Having a baby is not easy. Pregnancy itself is a mammoth journey, ending in one of the most strenuous tasks the human body is to endure. And then you have a baby to care for. It’s huge. Emotions and hormones are raging through your body at a time where you are most likely to feel vulnerable and exhausted. And when you throw in added tiredness from sleepless nights (newborn babies sleep a lot, but in chunks so chances are, your sleep will be broken too) things can seem pretty overwhelming at times. This is totally normal, and to be expected. But for some women, the so called ‘baby blues’ don’t settle down after those initial whirl wind weeks, and feelings of exhaustion, desperation and low moods can continue. Up to 80% of new mothers experience the baby blues, while 10-15% suffer from Post Partum Depression (PPD) in some form or another- so you are not alone.
How do you know if you are suffering from PPD?
Chances are, you have some inkling that all is not quite right. You may be experiencing a combination of:
- Irritability or feeling extra sensitive
- Have difficulty concentratin
- Feel anxious and worry about lots of things
- Crying or tearfulness
- Feelings of anger
- Negative feelings- sadness, hopelessness, helplessness, or guilt
- Lack of interest in activities you usually enjoy
- Finding sleeping difficult (especially returning to sleep)
- Feelings of fatigue or exhaustion
- Significant changes in appetite or eating habits
- Frequent headaches, stomach aches, muscle or backaches
If you are experienciing some or all of the above, it’s important to reach out for help.
What causes PPD?
Some women are more likely to develop PPD after they give birth, but there are no definite causes in many cases. Often a combination of things can add up, and often predictors can mean that a person is more likely to develop the condition, such as:
- Periods of feeling low or anxious during pregnancy
- A difficult pregnancy or birth
- Prior history/ family history of depression or PPD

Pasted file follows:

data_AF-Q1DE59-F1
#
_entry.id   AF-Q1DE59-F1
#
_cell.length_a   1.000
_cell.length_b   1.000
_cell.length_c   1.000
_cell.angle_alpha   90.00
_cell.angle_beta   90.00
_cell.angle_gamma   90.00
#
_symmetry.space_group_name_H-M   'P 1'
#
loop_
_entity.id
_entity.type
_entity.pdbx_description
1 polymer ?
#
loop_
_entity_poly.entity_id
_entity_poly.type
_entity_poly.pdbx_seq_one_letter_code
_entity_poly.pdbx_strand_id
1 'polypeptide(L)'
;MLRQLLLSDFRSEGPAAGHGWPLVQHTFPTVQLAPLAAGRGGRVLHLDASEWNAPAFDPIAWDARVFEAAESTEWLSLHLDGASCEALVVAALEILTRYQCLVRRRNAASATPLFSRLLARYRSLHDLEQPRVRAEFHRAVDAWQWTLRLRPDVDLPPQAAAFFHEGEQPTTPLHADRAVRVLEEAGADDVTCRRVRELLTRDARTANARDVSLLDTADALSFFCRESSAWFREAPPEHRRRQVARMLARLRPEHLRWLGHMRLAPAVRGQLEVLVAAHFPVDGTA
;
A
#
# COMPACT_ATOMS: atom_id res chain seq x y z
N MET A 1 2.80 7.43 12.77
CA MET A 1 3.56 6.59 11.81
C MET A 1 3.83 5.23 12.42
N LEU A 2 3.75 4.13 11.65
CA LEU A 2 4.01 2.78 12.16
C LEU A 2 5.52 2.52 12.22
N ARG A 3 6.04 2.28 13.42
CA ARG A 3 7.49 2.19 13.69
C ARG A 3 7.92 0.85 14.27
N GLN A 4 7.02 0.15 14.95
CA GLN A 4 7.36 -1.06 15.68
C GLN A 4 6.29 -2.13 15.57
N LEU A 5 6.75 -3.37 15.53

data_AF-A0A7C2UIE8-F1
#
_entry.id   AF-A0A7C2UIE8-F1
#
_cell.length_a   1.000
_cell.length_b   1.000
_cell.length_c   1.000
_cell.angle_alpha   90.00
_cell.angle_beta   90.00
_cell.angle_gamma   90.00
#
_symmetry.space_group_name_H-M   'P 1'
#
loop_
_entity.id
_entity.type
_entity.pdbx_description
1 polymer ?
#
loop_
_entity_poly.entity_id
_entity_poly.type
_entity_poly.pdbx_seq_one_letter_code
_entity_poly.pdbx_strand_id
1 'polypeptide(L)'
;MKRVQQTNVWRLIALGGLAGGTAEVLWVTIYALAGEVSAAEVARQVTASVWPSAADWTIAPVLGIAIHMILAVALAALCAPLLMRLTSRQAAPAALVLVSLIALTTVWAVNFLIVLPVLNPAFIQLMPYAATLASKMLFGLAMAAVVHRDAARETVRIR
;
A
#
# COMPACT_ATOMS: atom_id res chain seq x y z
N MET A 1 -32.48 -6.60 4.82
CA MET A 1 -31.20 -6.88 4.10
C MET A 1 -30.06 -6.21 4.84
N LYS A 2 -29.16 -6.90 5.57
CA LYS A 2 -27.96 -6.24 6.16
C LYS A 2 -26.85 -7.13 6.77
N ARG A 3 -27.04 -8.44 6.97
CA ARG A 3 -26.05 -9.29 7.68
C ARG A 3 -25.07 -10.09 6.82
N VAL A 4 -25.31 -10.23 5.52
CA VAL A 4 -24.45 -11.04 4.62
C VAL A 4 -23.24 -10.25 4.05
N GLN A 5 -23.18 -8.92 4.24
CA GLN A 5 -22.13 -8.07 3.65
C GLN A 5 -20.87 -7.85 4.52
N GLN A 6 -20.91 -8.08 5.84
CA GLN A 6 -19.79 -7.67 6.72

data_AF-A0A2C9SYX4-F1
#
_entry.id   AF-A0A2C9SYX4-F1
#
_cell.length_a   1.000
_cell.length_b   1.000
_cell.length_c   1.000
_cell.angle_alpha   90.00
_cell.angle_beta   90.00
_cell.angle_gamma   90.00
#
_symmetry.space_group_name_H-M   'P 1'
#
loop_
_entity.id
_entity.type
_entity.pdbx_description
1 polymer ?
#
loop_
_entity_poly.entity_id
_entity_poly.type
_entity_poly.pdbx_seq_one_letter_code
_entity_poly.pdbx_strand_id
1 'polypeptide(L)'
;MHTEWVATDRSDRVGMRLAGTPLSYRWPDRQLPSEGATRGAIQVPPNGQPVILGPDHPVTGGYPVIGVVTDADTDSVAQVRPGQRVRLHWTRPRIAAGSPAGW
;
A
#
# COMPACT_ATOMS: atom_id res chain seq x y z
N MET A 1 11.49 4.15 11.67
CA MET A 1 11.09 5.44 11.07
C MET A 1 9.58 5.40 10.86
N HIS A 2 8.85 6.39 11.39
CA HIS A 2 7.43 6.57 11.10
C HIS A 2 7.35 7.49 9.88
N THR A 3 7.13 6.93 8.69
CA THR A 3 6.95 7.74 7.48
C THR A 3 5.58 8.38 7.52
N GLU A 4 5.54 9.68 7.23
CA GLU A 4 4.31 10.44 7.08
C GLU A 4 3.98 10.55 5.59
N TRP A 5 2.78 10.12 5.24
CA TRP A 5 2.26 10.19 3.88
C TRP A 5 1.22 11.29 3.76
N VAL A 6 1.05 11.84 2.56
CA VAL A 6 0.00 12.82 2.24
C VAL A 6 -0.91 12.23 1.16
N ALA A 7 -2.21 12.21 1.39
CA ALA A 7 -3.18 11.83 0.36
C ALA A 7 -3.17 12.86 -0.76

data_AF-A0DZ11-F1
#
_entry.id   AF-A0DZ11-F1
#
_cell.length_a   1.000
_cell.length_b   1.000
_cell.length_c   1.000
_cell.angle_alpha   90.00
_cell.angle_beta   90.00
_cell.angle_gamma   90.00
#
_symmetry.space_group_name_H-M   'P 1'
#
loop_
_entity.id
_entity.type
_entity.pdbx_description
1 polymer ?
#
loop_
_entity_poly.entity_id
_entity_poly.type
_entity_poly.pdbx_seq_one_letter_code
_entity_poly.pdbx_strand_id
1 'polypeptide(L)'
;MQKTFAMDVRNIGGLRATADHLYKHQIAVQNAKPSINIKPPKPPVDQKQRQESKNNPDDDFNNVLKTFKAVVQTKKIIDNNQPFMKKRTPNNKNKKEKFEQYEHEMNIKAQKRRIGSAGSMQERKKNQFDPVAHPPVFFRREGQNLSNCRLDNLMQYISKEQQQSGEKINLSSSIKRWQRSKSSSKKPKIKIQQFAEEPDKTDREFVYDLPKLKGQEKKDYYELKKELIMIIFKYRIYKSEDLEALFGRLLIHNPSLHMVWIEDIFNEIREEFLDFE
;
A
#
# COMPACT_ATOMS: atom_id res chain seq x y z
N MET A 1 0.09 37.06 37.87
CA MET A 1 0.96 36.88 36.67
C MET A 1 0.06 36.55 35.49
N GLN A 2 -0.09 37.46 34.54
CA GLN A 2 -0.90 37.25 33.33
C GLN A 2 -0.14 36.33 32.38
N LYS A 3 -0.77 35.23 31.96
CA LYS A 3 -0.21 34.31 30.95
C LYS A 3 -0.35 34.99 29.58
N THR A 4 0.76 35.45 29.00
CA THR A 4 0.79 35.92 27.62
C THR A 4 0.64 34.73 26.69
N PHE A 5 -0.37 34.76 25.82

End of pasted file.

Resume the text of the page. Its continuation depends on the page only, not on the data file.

- Stressful life situations- money, marriage, moving house etc
- Low self-esteem
None of these risk factors will cause PPD, and often new mums fail to recognise that they are feeling depressed; a common feeling is that there is nothing to be depressed about. But if you are feeling low, and you’re concerned about how you’re feeling then it’s important to seek help.
How to get help
Lots of women will carry on without seeking help, and often this can result in symptoms worsening. If you factor in sleep deprivation too, things can quickly escalate and become a lot worse. It’s vital that you are able to reach out when you feel you need support.
- Talk about it. Speak to your doctor, or your close friends/ family. The first step is to admitting how you’re feeling and that old saying about a problem halved is quite true. It can help to verbalise the way that you’re feeling to someone else, and especially to other women who’ve been in a similar situation.
- Look after yourself. Make sure that alongside meeting the basic needs of your family, that your needs are addressed too. Eat well and try to sleep well too. Lots of mums find that taking regular exercise helps to lift symptoms of depression too- even if it is a quick walk with the stroller. Take some time to do something for you.
- Don’t impose strict expectations on yourself. Nobody is a superhero and this is no time to try and prove otherwise. Don’t strive to be perfect in an imperfect world- accept that some things are beyond your control, and that you are doing your best.
- Ask for help and support. If you are struggling, there is no harm in admitting that. We all need help from time to time and being a new mother is extremely challenging. Don’t try to do it all by yourself.
It’s so important that you seek medical guidance if you are suffering from PPD. In doing so, you are not admitting defeat, and you have not failed anyone. What you are doing, is putting the needs of yourself and your family first by addressing the problems that you’re experiencing. There are different ways to treat PPD and only your doctor can help you decide on the best course of action. Ultimately, it is up to you to seek help and support for an illness, in much the same way you would for a broken leg or another visible ailment. Depression is nothing to be ashamed of, and reaching out for help is essential.
If you have suffered/ are suffering from PPD and would like to share your story with us, please do get in touch.